Written by Rupert Tildesley & Lynn Mill
The New Zealand workshop ran us through some of their technical course content with the overall theme that they have a technical structure to follow but encourage versatile use of this.
They encourage four movements and these are :
- Fore and aft
Learners are encouraged to ski with a functional stance throughout these movements depending on what is required by the surroundings.
These movements can be split into different forms :
Known by the acronym D.I.R.R.T. These movements are used in response to physics and more attention is given to the forces acting upon the body, rather than movements for the sake of movements.
The phases of the turn are like us, split into three phases and given the names :
- Completion (pressure control, rotary separation, release from one and gain connection with the next)
There was an emphasis on being ready for each phase of the turn without being too specific. So rather than trying to rewrite the laws of physics, they take a different approach. For example, when skiing ‘wedge parallel turns’ they talk about the tactics of speed and line and balancing the resulting forces, rather than standing on the ski at a certain part of the turn. I can imagine this could be quite hard to do with lower level skiers.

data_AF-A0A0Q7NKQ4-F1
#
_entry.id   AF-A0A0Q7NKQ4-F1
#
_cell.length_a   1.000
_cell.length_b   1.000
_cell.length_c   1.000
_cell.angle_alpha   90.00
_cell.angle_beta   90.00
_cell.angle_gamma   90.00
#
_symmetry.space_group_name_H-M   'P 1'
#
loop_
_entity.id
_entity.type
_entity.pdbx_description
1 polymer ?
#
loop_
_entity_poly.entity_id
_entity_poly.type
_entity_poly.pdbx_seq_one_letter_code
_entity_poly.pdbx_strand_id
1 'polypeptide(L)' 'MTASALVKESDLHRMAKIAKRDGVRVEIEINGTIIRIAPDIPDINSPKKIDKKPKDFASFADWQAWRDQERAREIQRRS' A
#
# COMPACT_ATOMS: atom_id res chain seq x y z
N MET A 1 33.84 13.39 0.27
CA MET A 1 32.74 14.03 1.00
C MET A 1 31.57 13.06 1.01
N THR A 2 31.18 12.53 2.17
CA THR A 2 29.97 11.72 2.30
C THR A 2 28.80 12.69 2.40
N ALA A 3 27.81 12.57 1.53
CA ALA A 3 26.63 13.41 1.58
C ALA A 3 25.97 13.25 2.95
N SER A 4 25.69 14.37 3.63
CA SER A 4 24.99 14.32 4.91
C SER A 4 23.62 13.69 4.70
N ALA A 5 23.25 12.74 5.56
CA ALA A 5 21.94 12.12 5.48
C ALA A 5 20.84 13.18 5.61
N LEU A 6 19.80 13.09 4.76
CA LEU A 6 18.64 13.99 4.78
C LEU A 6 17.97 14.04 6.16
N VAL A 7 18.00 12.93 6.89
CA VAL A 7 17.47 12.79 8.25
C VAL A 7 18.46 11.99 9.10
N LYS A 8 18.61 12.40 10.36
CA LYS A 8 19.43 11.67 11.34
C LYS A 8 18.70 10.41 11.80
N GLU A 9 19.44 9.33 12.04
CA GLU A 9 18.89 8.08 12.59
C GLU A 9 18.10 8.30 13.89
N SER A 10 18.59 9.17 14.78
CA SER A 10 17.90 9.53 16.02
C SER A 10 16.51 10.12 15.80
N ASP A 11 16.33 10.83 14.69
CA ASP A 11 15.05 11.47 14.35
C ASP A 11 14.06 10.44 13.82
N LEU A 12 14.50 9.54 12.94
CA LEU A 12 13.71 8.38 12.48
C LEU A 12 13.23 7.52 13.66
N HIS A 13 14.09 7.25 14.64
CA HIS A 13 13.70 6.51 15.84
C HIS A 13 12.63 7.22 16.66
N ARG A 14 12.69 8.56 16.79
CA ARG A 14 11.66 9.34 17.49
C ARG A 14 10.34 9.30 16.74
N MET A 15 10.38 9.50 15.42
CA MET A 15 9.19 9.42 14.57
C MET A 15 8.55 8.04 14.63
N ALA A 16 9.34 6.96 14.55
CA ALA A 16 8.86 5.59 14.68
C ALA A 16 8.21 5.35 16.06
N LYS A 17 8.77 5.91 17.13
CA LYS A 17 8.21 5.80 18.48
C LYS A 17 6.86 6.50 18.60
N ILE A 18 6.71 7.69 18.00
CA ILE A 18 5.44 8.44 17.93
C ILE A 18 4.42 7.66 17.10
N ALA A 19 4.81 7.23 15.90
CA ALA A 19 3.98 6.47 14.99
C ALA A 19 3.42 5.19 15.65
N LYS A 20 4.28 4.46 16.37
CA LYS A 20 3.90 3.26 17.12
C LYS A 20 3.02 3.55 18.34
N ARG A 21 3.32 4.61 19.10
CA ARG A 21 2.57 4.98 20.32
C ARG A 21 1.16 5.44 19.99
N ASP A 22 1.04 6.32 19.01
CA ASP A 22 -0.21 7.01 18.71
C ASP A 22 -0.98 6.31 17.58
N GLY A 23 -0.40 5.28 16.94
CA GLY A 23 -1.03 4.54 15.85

We also skied some long turns. Our aim was to create a platform to stay connected with the outside ski. Rather than trying to project the centre of gravity down the hill as fast as possible leaving the ski to catch up, they were looking for more of an up and forward movement at the initiation. In general, there was lots of emphasis on the centre of gravity versus the base of support. The NZSIA are really aiming to develop more understanding in their teachers of the forces acting on a skier, and other ‘real-time’ reactions that will be required by a performer in different conditions. That ‘structure with versatility’ message coming through clearly. However, most of the technical side is similar to mainstream technical thinking, so there was nothing really that new. This made the whole workshop easy to relate to.
There is a very detailed write up by the NZSIA including supplementary videos on the following link :